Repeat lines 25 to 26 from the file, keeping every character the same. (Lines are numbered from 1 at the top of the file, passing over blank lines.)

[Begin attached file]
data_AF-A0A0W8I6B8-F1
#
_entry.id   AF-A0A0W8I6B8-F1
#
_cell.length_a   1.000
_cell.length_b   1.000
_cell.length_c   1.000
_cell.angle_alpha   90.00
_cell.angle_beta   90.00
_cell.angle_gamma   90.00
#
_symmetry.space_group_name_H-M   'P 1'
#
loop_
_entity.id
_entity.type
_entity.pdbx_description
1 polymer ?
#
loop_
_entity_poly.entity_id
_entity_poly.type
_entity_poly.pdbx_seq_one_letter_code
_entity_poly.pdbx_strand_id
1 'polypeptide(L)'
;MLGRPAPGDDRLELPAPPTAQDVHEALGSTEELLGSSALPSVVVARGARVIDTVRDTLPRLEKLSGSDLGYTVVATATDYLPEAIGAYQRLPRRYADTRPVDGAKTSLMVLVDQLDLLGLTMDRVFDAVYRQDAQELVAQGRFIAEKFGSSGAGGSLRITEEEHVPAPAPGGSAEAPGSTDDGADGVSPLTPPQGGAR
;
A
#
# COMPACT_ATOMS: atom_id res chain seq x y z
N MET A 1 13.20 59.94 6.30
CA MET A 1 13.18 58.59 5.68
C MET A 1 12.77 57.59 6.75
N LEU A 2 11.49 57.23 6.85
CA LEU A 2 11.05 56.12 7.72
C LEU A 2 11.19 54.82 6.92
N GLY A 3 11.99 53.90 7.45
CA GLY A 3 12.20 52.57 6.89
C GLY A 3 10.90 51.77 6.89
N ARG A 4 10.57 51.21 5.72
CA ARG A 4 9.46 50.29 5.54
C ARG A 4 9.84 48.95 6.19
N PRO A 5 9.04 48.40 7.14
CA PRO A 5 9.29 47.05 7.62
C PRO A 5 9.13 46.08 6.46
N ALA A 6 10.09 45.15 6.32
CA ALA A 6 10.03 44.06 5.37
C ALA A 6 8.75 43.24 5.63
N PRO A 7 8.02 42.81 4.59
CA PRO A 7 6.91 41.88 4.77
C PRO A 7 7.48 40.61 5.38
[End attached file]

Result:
1 'polypeptide(L)'
;MLGRPAPGDDRLELPAPPTAQDVHEALGSTEELLGSSALPSVVVARGARVIDTVRDTLPRLEKLSGSDLGYTVVATATDYLPEAIGAYQRLPRRYADTRPVDGAKTSLMVLVDQLDLLGLTMDRVFDAVYRQDAQELVAQGRFIAEKFGSSGAGGSLRITEEEHVPAPAPGGSAEAPGSTDDGADGVSPLTPPQGGAR